"I need to meet and talk with all the surviving combat veterans of World War II," Rishi Sharma tells PEOPLE

By Rose Minutaglio
Updated November 17, 2016 04:05 PM

Rishi Sharma has made it his mission to conduct commemorative in-depth interviews with WWII combat veterans. He’s stopping at nothing on his quest to meet as many of the 620,000 remaining men as he can — and with most vets in their 90s, the 19-year-old knows time is not on his side.

“This is my sole mission in life, I’m just focused on getting to as many men as I can,” he tells PEOPLE as he hurries to his next interview with 95-year-old Bill Gerard, who served as a machinist’s mate in the Army.

Sharma, a Southern California high school graduate putting off college to complete his endeavor, is the founder of Heroes of the Second World War, a certified non-profit organization dedicated to documenting WWII combat vets on film. His goal? “To be an outlet for vets to talk about their experiences, because most have never done that. I’m the perfect stranger because once they share what they went through during the war, they no longer have to carry that burden. They can be at peace,” he says.

“I need to meet and talk with all the surviving combat veterans of World War II, and I’ll keep doing it until they’re all gone. It’s important to honor these guys.”

Any moment not spent fulfilling that goal is, to Sharma, wasted.

So far, the determined teen has met with around 160 combat vets on the West Coast — most of them for six hours. Sharma keeps a running tab of WWII heroes that are still alive (right now he has 300 on his list) and willing to be filmed. He raises money for food, gas and lodgings on a GoFundMe page and spends his days conducting interviews.

“WWII combat vets are my heroes, best friends and kindred spirits,” he says. “These are the guys I want to look in their eyes and hear firsthand what they had to go through. I want to meet and learn from them, because it’s so important that someone carries on those memories of what they had to endure.”

Sharma films the interviews on a Canon 70D camera and gives each veteran a copy of the interview and full rights to the video. The clips are intended to be just for the veterans, and never for commercial use. The teen only uploads an interview to his YouTube page with permission from the veteran.

“These WWII vets are actually known for not talking about what they went through overseas,” he says. “I’m trying to be an outlet for them to talk about it in a censor-free environment to get their thoughts across before they’re gone. They don’t talk to their families, because they don’t want to burden them with the horror of they’ve seen or done. I’m the same age as they were when they went overseas, so I can relate to what they are saying.”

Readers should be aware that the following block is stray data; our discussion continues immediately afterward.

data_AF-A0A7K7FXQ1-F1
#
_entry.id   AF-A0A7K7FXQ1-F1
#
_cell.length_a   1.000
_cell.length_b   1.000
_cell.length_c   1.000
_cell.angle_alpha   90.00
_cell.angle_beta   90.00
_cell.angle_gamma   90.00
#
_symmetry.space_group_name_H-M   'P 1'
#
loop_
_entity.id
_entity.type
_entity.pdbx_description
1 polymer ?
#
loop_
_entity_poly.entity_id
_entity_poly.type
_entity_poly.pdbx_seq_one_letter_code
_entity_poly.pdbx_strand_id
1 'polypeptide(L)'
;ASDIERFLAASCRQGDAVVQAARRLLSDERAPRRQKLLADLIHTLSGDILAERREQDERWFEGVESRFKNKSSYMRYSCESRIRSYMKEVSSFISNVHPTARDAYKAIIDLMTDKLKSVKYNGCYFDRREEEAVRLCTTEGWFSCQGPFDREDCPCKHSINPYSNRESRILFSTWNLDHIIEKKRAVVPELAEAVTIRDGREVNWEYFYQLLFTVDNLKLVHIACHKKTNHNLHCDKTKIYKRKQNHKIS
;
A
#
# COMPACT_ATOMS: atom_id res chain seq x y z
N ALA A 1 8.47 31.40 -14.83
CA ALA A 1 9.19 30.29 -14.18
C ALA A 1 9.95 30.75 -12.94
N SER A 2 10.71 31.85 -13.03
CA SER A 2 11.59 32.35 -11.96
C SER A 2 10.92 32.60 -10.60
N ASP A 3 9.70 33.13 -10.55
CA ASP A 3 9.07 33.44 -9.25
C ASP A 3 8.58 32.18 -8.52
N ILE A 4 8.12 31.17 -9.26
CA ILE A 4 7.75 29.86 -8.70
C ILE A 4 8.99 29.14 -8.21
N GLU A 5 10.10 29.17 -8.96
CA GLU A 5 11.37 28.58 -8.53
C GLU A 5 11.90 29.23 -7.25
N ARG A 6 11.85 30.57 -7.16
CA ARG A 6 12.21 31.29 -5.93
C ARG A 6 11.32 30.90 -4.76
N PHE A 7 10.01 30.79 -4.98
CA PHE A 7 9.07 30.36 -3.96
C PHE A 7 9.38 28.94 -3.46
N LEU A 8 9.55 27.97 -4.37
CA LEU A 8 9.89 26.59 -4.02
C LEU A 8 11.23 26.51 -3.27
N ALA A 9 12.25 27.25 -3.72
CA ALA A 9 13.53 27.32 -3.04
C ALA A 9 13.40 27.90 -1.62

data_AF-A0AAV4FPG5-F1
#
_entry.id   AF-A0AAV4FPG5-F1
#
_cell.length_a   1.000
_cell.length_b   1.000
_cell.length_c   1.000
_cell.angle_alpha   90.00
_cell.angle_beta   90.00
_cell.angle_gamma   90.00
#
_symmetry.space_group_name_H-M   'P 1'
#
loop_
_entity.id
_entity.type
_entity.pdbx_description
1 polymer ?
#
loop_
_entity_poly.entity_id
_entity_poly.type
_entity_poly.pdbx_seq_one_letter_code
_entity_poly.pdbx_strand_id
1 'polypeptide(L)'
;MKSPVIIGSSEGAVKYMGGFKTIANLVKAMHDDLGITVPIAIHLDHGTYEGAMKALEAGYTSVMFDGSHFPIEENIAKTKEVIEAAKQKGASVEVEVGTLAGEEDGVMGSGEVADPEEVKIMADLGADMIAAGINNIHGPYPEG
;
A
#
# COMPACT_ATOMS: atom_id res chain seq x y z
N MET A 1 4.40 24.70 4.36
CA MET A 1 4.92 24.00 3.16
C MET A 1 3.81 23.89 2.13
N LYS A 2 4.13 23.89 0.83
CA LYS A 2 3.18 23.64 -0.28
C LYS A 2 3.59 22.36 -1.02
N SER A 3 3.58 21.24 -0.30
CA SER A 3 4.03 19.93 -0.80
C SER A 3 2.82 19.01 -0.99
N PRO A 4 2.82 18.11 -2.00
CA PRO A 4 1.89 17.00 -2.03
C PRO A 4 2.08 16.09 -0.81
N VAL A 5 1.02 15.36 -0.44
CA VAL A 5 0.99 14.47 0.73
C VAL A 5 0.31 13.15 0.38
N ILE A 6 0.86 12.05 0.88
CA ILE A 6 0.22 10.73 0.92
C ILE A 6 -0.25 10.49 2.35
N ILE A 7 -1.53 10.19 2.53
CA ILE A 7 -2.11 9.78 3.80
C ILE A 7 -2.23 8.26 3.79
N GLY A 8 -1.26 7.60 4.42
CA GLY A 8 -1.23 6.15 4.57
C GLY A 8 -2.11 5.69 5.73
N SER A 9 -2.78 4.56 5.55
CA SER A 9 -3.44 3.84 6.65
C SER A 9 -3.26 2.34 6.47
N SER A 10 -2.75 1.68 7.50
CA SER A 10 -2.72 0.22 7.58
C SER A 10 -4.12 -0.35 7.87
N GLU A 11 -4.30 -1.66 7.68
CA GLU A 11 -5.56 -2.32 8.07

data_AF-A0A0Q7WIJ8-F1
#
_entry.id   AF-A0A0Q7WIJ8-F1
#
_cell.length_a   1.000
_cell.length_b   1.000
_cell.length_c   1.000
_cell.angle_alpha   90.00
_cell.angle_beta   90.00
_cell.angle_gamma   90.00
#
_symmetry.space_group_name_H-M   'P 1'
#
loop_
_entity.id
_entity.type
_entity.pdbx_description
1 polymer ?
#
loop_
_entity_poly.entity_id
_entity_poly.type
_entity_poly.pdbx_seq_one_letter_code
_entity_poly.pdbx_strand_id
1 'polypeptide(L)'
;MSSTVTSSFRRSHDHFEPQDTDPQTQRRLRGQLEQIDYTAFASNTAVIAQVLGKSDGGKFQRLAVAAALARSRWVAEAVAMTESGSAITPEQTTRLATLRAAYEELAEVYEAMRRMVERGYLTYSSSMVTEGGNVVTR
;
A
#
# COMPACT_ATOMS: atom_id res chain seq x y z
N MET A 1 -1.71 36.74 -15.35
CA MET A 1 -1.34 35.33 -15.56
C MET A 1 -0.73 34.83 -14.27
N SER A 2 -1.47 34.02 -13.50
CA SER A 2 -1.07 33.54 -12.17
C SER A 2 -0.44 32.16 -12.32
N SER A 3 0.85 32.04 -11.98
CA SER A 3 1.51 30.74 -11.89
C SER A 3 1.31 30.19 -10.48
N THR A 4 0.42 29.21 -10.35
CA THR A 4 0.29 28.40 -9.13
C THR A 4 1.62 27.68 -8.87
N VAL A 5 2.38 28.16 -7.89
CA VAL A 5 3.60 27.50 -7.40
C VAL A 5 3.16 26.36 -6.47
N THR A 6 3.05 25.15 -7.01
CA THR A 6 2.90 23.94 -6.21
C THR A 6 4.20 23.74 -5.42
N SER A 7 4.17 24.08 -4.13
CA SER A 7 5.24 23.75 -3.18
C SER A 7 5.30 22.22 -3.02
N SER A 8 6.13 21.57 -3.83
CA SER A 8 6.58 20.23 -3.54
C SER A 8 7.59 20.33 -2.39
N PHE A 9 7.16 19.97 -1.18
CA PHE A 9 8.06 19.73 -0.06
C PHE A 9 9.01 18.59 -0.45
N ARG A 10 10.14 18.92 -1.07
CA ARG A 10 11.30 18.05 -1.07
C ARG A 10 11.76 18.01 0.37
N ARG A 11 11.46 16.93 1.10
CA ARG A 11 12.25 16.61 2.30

Sharma drives his family’s Honda Civic (“I practically living out of that thing sometimes,” he says) across the country to meet with vets like 96-year-old Medal of Honor recipient Robert Maxwell of Oregon.

“Robert was very courageous, he was a wire man under heavy fire,” says Sharma. “He would lay communication wires along the front line to make sure the platoons were connected to each other. He had to be out in the front line and brave a lot of fire.

“He actually got the medal because he jumped on a grenade and saved 4 guys around him. Without blinking an eye. It’s incredible.”

Sharma has also visited “Bazooka” Joe Pietroforte, who fought in the Battle of the Bulge and was named a hero after he stopped a line of German tanks heading for U.S. soldiers.

“He got a high decoration for braving enemy fire and taking out two German tanks that could have caused a lot of damage to the troops he was with,” says Sharma.

Nick Ut/AP

“We need to document guys like Joe, so we can add more and more information to the historical record. We have so much technology to document what life was like for these people. In 100 years from now, I want people to be able to look back and see what it was like to fight in the worst war the world has ever seen.”

Rishi Sharma

Because Sharma is only 19, he says he has trouble renting cars and raising enough money for food and travel.

“I can’t keep driving my family’s car. And I’m not old enough to rent a car!” he says with a laugh. “I want to do this on my own, and so I’m trying to raise money for airplane tickets or to get a vehicle. This will be my life for the next few years, so it’s been tricky trying to figure it out.”

The teen heads to Hawaii next month for the 75th anniversary of the attack on Pearl Harbor. After that, he’s planning a cross-country trip to interview vets in Nevada, Utah, Oklahoma, Missouri, Illinois and Tennessee. Sharma has also started an organization called Become Friends with a WWII Veteran that pairs Californians with vets to meet up for dinners, lunches and “just general hangouts.”

“I’d like to see this grow and create a national movement, and get to the point where everyone knows a WWII veteran and spends time with them and learns from these people before they’re gone,” says Sharma. “Heck, if Tom Hanks or [Steven] Spielberg want to get involved, I wouldn’t say no!

“We need to remember and honor combat vets.”